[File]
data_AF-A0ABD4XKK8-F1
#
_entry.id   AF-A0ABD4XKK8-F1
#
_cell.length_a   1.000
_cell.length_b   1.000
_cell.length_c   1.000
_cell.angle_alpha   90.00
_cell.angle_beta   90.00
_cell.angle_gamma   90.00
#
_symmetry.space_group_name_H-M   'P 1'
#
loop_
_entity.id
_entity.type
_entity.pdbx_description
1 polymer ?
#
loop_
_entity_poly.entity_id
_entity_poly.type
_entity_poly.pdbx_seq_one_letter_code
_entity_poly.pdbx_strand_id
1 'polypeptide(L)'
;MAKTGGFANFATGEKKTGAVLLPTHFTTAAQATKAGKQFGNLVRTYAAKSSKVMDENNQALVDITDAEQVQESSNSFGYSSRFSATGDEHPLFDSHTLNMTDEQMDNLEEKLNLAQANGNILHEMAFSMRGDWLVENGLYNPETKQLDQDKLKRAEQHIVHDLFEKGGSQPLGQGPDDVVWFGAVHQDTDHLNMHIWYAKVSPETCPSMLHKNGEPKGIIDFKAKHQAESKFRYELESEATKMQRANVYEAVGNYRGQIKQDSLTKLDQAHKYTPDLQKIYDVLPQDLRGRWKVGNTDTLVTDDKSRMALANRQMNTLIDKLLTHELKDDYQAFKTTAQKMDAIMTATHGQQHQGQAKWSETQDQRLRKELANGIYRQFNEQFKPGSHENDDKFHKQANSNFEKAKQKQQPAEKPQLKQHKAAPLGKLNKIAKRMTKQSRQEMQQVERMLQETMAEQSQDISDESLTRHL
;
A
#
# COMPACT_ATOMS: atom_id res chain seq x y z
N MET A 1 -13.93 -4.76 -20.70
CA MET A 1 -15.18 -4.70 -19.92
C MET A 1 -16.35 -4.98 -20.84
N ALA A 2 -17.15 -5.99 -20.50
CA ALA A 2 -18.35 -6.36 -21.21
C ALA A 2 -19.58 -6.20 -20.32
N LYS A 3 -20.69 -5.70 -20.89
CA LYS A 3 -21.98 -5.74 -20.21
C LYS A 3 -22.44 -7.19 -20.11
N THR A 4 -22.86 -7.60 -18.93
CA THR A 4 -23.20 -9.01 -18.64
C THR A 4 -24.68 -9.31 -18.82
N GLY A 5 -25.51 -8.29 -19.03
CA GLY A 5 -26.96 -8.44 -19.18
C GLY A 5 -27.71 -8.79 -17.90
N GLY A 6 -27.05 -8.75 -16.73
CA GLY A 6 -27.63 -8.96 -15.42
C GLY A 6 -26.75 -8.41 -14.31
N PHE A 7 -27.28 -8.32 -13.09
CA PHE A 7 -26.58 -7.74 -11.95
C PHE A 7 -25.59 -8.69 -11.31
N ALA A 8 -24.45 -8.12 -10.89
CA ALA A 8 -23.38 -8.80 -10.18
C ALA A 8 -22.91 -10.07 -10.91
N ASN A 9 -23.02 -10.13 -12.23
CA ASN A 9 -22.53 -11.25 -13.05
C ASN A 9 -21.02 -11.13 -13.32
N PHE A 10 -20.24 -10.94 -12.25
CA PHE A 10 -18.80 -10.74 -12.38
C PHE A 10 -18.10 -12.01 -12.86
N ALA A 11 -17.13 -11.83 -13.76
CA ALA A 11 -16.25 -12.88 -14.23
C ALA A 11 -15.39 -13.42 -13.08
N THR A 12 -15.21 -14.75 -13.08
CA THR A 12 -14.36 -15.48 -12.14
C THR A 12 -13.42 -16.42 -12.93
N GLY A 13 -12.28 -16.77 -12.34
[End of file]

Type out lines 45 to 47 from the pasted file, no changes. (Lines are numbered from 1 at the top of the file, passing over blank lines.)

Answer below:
C GLY A 5 -27.71 -8.79 -17.90
N GLY A 6 -27.05 -8.75 -16.73
CA GLY A 6 -27.63 -8.96 -15.42